You are currently viewing SemiWiki as a guest which gives you limited access to the site. To view blog comments and experience other SemiWiki features you must be a registered member. Registration is fast, simple, and absolutely free so please, join our community today!

  • Global Foundries and IBM, More Details

    Article: Will the last 8051 please turn out the lights?-12297d1413772480-ibm_globalfoundries_logo.jpgNow that the dust has started to settle on the GlobalFoundries acquisition of IBM's semiconductor business it is possible to look into another level of detail about what GlobalFoundries will be acquiring in the way of technology and IP. Of course, the deal hasn't formally closed yet so this won't all happen instantly. Estimates are that the deal may take as long as a year to close, and the rules are quite strict on how closely people can work together on an unclosed deal so it is going to be a challenge to manage the transition.

    Article: Will the last 8051 please turn out the lights?-gfibm1.jpg

    Firstly, there is additional capability in the specialized foundry business, meaning anything other than regular digital SoC type manufacturing. GlobalFoundries already has a good capability in this area, primarily running in the old Chartered fabs in Singapore, some of which have been upgraded to 300mm. But with IBM the gain:
    • PA/FEM (power amplifiers, front-end modules) and transceivers
    • High performance RF and AMS with SiGe
    • High voltage and power management
    • A specialty foundry business to address growth opportunities in mobile RF, which is expected to grow fast (see graph above)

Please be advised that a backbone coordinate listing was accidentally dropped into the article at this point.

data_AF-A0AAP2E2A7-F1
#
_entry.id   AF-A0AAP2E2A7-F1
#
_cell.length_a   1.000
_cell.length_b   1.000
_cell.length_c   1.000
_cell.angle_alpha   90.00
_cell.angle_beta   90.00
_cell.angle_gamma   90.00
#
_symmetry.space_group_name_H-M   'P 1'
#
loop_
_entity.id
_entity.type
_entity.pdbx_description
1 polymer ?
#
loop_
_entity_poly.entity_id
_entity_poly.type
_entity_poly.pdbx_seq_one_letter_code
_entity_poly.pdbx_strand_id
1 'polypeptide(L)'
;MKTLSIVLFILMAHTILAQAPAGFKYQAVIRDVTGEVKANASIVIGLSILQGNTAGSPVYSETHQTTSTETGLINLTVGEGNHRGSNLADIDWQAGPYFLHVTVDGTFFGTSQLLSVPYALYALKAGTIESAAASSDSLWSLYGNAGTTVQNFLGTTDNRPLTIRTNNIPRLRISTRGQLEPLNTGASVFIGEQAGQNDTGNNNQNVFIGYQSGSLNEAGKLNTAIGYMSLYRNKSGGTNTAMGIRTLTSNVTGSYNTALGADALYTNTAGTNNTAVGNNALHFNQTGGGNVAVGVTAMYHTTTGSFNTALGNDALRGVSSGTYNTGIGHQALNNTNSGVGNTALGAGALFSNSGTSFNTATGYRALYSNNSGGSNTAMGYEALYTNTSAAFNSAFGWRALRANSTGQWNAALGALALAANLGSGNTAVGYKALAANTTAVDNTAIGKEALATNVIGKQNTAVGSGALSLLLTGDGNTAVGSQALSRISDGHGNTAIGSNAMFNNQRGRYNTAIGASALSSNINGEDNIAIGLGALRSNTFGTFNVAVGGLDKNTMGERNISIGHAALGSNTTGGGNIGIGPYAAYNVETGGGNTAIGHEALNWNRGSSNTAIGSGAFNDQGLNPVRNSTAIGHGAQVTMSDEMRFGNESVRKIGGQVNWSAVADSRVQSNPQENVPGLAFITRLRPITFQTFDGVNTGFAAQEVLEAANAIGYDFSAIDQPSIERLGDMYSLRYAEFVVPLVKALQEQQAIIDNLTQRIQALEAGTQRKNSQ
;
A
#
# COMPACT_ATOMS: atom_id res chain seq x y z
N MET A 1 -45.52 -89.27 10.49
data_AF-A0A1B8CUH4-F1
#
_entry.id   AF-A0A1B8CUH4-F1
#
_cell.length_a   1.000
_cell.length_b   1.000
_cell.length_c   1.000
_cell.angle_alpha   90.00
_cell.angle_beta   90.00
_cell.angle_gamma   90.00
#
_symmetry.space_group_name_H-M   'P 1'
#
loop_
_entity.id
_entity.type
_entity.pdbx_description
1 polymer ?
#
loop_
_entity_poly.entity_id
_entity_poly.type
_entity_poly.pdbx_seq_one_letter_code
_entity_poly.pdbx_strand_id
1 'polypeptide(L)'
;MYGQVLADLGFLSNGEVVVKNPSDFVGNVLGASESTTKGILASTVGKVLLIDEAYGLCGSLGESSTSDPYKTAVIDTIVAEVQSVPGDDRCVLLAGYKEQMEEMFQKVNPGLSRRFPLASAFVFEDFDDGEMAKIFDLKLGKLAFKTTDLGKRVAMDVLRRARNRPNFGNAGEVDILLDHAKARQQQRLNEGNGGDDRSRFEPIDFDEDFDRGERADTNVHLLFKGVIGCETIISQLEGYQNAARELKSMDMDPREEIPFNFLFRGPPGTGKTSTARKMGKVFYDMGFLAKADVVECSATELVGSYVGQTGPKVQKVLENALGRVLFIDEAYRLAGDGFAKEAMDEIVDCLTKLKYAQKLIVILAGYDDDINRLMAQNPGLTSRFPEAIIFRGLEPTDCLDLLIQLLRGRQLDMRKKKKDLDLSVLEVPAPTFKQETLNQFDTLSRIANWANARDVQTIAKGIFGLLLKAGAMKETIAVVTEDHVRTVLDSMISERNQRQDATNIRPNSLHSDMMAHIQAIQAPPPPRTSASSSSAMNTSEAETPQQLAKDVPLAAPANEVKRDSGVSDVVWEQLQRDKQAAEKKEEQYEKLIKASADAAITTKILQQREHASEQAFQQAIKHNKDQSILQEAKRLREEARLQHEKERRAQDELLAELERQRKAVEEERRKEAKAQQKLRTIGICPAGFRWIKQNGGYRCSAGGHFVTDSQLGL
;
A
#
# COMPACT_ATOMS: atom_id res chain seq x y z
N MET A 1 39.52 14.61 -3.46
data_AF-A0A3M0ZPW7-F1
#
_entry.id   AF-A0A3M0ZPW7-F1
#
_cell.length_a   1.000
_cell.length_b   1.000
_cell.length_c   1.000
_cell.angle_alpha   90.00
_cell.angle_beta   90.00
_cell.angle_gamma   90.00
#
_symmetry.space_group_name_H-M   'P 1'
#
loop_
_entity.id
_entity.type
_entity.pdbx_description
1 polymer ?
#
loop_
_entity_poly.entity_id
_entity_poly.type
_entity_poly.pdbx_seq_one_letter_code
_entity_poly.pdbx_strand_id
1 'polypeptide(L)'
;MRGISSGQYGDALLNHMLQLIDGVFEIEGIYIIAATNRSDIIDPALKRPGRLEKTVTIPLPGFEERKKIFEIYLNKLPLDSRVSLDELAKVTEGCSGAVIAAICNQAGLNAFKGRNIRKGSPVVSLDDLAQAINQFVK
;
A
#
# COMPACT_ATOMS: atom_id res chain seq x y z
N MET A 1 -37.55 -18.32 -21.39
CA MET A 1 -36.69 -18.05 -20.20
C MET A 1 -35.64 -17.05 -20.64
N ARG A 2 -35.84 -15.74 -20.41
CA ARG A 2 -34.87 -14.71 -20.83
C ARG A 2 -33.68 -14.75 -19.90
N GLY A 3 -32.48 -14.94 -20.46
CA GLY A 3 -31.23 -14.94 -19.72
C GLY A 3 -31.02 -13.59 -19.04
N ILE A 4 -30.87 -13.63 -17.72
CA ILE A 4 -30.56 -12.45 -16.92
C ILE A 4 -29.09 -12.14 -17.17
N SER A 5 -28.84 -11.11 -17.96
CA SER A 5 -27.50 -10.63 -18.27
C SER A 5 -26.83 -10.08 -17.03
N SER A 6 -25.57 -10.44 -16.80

This all runs in the old IBM 200mm fab in Essex Junction, Vermont, which is about 3 hours drive north of GlobalFoundries' fab8 in Malta NY. The capacity is around 40K wafer starts per month.

    Article: Will the last 8051 please turn out the lights?-gfibm2.jpg

    They are also taking over IBM's commercial ASIC business which is focused on network and computing infrastructure, in particular wired communications, wireless communications infrastructure (base stations) and storage. This runs in the IBM 300mm fab in East Fishkill, New York (a couple of hours south of fab8). The ASIC business is expected to grow with a CAGR of 6.5% (see graph above). East Fishkill has a capacity of around 14K wafer starts per month.

    Fab8 has a capacity of 60,000 300mm wafers per month (or roughly 120,000 200mm equivalents).

    Article: Will the last 8051 please turn out the lights?-gfibm3.jpg

    There is major investment in technology in the north east with the college of nanoscale science and engineering (CSNE) in the area too (in Albany) too. But clearly GlobalFoundries now has a world class technology development team.

    So the bottom line is that the acquisition:

    • Reinforces GlobalFoundries' long-term commitment to manufacturing and technology leadership
    • Provides R&D expertise to give a path to 10nm and beyond
    • Expands segment growth in RF and ASIC
    • Becomes IBM's sole source foundry partner
    • Gives them strategic relationships with top OEM industry suppliers

    GlobalFoundries have a presentation deck covering the acquisition here.

    <br> <a href=/cgi-bin/>More articles by Paul McLellan…</a>